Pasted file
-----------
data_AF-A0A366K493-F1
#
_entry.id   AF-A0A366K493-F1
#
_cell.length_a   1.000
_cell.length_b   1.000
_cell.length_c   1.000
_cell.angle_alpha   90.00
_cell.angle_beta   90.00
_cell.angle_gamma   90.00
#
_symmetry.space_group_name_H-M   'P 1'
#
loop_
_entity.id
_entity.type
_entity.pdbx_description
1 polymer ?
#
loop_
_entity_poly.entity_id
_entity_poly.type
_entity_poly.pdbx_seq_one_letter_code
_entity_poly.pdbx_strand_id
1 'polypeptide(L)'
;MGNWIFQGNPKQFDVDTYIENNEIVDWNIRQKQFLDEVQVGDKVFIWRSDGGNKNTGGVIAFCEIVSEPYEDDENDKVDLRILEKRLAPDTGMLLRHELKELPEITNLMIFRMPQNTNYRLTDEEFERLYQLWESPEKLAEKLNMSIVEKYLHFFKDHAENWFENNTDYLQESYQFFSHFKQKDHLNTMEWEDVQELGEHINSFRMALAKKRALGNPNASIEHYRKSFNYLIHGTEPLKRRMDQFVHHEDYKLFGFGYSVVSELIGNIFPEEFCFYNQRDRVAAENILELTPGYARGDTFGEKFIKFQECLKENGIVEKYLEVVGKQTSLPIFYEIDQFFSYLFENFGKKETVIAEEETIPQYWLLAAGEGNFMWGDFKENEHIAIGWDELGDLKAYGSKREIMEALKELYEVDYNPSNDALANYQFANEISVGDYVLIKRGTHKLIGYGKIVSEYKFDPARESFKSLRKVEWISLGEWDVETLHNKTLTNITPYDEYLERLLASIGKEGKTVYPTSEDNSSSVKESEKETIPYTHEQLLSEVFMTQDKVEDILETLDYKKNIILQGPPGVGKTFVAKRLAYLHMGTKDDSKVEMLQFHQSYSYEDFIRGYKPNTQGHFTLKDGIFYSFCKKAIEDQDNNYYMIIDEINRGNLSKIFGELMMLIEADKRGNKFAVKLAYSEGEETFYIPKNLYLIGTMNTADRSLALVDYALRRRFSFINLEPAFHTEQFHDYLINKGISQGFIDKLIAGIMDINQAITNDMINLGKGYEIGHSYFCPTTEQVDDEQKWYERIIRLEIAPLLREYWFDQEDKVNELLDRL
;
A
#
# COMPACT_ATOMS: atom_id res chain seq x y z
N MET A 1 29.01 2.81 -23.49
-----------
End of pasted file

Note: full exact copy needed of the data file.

data_AF-A0A366K493-F1
#
_entry.id   AF-A0A366K493-F1
#
_cell.length_a   1.000
_cell.length_b   1.000
_cell.length_c   1.000
_cell.angle_alpha   90.00
_cell.angle_beta   90.00
_cell.angle_gamma   90.00
#
_symmetry.space_group_name_H-M   'P 1'
#
loop_
_entity.id
_entity.type
_entity.pdbx_description
1 polymer ?
#
loop_
_entity_poly.entity_id
_entity_poly.type
_entity_poly.pdbx_seq_one_letter_code
_entity_poly.pdbx_strand_id
1 'polypeptide(L)'
;MGNWIFQGNPKQFDVDTYIENNEIVDWNIRQKQFLDEVQVGDKVFIWRSDGGNKNTGGVIAFCEIVSEPYEDDENDKVDLRILEKRLAPDTGMLLRHELKELPEITNLMIFRMPQNTNYRLTDEEFERLYQLWESPEKLAEKLNMSIVEKYLHFFKDHAENWFENNTDYLQESYQFFSHFKQKDHLNTMEWEDVQELGEHINSFRMALAKKRALGNPNASIEHYRKSFNYLIHGTEPLKRRMDQFVHHEDYKLFGFGYSVVSELIGNIFPEEFCFYNQRDRVAAENILELTPGYARGDTFGEKFIKFQECLKENGIVEKYLEVVGKQTSLPIFYEIDQFFSYLFENFGKKETVIAEEETIPQYWLLAAGEGNFMWGDFKENEHIAIGWDELGDLKAYGSKREIMEALKELYEVDYNPSNDALANYQFANEISVGDYVLIKRGTHKLIGYGKIVSEYKFDPARESFKSLRKVEWISLGEWDVETLHNKTLTNITPYDEYLERLLASIGKEGKTVYPTSEDNSSSVKESEKETIPYTHEQLLSEVFMTQDKVEDILETLDYKKNIILQGPPGVGKTFVAKRLAYLHMGTKDDSKVEMLQFHQSYSYEDFIRGYKPNTQGHFTLKDGIFYSFCKKAIEDQDNNYYMIIDEINRGNLSKIFGELMMLIEADKRGNKFAVKLAYSEGEETFYIPKNLYLIGTMNTADRSLALVDYALRRRFSFINLEPAFHTEQFHDYLINKGISQGFIDKLIAGIMDINQAITNDMINLGKGYEIGHSYFCPTTEQVDDEQKWYERIIRLEIAPLLREYWFDQEDKVNELLDRL
;
A
#
# COMPACT_ATOMS: atom_id res chain seq x y z
N MET A 1 29.01 2.81 -23.49